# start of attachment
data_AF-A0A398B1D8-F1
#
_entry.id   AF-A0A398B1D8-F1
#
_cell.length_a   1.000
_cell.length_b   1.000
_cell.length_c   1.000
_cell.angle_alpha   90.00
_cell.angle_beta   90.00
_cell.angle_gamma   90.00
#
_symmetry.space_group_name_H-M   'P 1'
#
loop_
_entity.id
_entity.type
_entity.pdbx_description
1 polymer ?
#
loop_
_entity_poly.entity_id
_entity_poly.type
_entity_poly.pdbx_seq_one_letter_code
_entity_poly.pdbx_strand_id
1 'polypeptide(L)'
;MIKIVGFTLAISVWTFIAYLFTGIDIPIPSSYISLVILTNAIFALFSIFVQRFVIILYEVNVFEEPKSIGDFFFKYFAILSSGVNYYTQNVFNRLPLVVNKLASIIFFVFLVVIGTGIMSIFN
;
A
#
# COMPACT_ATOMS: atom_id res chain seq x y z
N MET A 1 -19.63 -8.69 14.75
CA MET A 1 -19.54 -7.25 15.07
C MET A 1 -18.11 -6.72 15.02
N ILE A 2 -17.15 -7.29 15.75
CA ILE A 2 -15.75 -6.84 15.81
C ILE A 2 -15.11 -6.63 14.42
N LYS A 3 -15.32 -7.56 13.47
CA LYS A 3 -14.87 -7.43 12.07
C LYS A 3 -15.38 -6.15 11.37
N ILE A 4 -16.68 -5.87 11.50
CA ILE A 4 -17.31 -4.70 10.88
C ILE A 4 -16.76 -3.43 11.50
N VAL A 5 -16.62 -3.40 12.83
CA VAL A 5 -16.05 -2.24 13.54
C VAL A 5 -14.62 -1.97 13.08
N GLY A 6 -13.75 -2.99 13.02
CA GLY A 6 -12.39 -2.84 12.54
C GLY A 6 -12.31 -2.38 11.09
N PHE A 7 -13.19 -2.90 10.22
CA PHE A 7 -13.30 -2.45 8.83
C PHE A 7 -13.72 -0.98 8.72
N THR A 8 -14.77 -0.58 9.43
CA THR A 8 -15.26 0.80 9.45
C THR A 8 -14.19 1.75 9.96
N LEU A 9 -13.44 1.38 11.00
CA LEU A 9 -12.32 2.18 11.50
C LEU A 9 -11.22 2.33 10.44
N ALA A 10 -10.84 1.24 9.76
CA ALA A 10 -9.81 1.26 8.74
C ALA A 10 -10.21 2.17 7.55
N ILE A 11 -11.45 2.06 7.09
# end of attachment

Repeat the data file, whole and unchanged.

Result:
data_AF-A0A398B1D8-F1
#
_entry.id   AF-A0A398B1D8-F1
#
_cell.length_a   1.000
_cell.length_b   1.000
_cell.length_c   1.000
_cell.angle_alpha   90.00
_cell.angle_beta   90.00
_cell.angle_gamma   90.00
#
_symmetry.space_group_name_H-M   'P 1'
#
loop_
_entity.id
_entity.type
_entity.pdbx_description
1 polymer ?
#
loop_
_entity_poly.entity_id
_entity_poly.type
_entity_poly.pdbx_seq_one_letter_code
_entity_poly.pdbx_strand_id
1 'polypeptide(L)'
;MIKIVGFTLAISVWTFIAYLFTGIDIPIPSSYISLVILTNAIFALFSIFVQRFVIILYEVNVFEEPKSIGDFFFKYFAILSSGVNYYTQNVFNRLPLVVNKLASIIFFVFLVVIGTGIMSIFN
;
A
#
# COMPACT_ATOMS: atom_id res chain seq x y z
N MET A 1 -19.63 -8.69 14.75
CA MET A 1 -19.54 -7.25 15.07
C MET A 1 -18.11 -6.72 15.02
N ILE A 2 -17.15 -7.29 15.75
CA ILE A 2 -15.75 -6.84 15.81
C ILE A 2 -15.11 -6.63 14.42
N LYS A 3 -15.32 -7.56 13.47
CA LYS A 3 -14.87 -7.43 12.07
C LYS A 3 -15.38 -6.15 11.37
N ILE A 4 -16.68 -5.87 11.50
CA ILE A 4 -17.31 -4.70 10.88
C ILE A 4 -16.76 -3.43 11.50
N VAL A 5 -16.62 -3.40 12.83
CA VAL A 5 -16.05 -2.24 13.54
C VAL A 5 -14.62 -1.97 13.08
N GLY A 6 -13.75 -2.99 13.02
CA GLY A 6 -12.39 -2.84 12.54
C GLY A 6 -12.31 -2.38 11.09
N PHE A 7 -13.19 -2.90 10.22
CA PHE A 7 -13.30 -2.45 8.83
C PHE A 7 -13.72 -0.98 8.72
N THR A 8 -14.77 -0.58 9.43
CA THR A 8 -15.26 0.80 9.45
C THR A 8 -14.19 1.75 9.96
N LEU A 9 -13.44 1.38 11.00
CA LEU A 9 -12.32 2.18 11.50
C LEU A 9 -11.22 2.33 10.44
N ALA A 10 -10.84 1.24 9.76
CA ALA A 10 -9.81 1.26 8.74
C ALA A 10 -10.21 2.17 7.55
N ILE A 11 -11.45 2.06 7.09